Following operative release for Dupuytren's contracture it is not uncommon to experience; swelling, scars, stiffness and some pain in the operated hand.
Most surgical techniques for Dupuytren's Disease involve many precise surgical incisions to remove the diseased tissues. With this amount of work in the palm and fingers, it is not surprising the hand can be uncomfortable to move and use afterwards.
To get the best results from your operation, following these simple steps should help;
For the first 10-14 days following the operation most people will have stitches holding their skin together. Disrupting wounds early can result in infection, excess scaring and skin breakdown.
During this time, unless advised by your surgeon or hand therapist, it is best to keep your hand rested and dressings clean and dry.
For the swelling
To help bring down the swelling, try elevating your operated hand. It may also help to gently raising your heart rate (walking around the room lifting knees up) whilst raising your arm.
Your hand therapist may recommend a gentle form of pressure over the hand and fingers to help manage swelling, for example a lycra glove or compression bandage.
For some people, medications and the operative technique may direct how swelling is to be managed, it's best to ask your surgeon whether you have any special precautions.
Safe early movement under the direction and observation of the hand surgeon or therapist can help prevent finger joint stiffness. In the early stages try to regain bending and straightening with your own muscle power. Depending upon your operation, using your other hand to straighten the operated or adjacent fingers or thumb may not be advised.
Gentle night extension splinting can be used to help stretch out any tightness in the joints.
Once the wounds are dry and clean and the skin is held together, scar massage can start. Keeping the scars in the palm of the hand and fingers supple is essential to getting the best bending and straightening. Early gentle massage with oily cream over the scars and surrounding skin is often combined with the use of a custom made extension night splint. Your hand therapist may also recommend a compression glove and special silicon gel products to help flatten and smooth the scar.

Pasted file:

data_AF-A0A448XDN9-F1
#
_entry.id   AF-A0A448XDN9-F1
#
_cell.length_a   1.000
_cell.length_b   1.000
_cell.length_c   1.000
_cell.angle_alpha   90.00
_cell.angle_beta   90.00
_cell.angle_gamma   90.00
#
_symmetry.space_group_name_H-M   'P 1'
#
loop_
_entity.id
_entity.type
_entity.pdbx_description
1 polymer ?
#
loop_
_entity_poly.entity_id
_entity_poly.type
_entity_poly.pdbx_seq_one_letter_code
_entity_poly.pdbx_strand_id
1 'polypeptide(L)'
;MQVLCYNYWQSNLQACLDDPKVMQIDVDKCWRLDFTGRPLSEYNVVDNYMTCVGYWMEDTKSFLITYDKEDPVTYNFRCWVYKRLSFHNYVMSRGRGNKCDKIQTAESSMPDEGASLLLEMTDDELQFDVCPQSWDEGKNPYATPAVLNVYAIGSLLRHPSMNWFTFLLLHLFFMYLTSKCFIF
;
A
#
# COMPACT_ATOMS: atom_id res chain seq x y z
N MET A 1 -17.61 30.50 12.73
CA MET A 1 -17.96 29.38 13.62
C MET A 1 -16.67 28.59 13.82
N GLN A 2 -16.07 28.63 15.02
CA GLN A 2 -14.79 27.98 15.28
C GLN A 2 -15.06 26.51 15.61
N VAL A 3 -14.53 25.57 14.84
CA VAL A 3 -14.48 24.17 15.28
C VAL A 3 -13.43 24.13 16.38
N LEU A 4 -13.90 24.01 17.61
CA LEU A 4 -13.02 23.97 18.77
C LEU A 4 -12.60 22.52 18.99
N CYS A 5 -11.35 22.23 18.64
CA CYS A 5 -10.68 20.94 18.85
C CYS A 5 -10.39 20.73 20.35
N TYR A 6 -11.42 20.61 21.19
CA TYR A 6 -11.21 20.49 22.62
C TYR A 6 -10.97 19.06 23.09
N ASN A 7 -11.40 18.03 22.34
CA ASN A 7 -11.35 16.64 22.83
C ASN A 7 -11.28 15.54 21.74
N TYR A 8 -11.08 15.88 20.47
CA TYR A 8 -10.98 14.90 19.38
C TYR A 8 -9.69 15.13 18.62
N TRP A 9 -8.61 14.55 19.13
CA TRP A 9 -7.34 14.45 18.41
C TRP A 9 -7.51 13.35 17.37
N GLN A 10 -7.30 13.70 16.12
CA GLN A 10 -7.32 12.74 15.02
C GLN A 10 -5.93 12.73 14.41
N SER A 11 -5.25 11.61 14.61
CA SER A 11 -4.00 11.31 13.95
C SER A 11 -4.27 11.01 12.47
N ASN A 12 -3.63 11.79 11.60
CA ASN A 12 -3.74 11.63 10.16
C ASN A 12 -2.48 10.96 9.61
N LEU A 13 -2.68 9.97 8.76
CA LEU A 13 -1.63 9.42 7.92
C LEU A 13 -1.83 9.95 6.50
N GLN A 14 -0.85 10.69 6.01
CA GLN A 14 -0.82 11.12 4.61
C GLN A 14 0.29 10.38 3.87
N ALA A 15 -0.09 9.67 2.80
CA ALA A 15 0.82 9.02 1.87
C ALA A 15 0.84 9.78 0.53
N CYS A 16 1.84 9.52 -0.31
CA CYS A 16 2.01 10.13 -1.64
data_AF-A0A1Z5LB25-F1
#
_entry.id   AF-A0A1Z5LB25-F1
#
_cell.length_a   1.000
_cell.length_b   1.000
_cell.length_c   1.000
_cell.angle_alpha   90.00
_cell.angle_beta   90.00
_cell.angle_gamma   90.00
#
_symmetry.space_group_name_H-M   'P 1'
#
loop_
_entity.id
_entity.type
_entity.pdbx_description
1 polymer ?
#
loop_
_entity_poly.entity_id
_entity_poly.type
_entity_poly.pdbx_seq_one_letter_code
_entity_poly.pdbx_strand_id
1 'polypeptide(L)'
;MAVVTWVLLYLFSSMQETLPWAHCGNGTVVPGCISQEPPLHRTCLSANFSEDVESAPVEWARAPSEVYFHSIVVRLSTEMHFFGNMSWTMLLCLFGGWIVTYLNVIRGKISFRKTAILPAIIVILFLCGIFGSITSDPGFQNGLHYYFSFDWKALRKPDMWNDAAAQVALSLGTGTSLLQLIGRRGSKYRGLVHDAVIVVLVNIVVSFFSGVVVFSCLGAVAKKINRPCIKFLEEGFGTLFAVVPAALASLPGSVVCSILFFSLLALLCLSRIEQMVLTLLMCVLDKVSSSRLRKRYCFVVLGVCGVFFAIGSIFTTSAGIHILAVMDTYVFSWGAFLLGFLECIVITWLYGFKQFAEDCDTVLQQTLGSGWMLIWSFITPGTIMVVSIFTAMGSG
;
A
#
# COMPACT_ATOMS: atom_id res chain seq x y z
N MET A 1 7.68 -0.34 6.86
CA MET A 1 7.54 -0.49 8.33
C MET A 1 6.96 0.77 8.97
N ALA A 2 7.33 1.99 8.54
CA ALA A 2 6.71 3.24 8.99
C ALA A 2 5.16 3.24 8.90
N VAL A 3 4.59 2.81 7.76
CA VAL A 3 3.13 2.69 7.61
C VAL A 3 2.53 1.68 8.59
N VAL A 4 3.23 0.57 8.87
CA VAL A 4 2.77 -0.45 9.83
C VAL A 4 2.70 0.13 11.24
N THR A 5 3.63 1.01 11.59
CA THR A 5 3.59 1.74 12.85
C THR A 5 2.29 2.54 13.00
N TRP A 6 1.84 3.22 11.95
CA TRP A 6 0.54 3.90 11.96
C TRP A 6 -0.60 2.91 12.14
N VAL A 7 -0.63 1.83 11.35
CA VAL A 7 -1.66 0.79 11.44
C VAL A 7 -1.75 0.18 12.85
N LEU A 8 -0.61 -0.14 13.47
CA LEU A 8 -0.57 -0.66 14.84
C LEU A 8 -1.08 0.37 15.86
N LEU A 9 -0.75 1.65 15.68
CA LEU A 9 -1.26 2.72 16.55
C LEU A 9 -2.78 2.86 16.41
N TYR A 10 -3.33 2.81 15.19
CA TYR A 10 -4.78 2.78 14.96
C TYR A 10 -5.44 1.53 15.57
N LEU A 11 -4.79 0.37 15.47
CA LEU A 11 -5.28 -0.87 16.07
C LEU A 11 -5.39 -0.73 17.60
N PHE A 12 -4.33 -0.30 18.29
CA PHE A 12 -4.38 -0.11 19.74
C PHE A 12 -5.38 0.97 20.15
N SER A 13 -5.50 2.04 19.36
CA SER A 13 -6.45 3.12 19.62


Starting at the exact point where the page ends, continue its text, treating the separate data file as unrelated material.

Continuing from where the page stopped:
Using the hand
Depending upon the climate where you live, your work and hobbies, there may be some activities that are best avoided for the first month to 6 weeks. An experienced hand therapist will be able to discuss with you your individual goals, and make suggestions to help get you back to your valued activities as safely and quickly as possible.
Please note; if you experience excessive pain or swelling, stiffness or numbness it is always advisable to seek prompt assessment from your surgeon or treating doctor. A small percent of clients will experience complications following operative management for Dupuytren's contracture. Any complication following hand surgery is best diagnosed quickly.
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Author Jo Marsh
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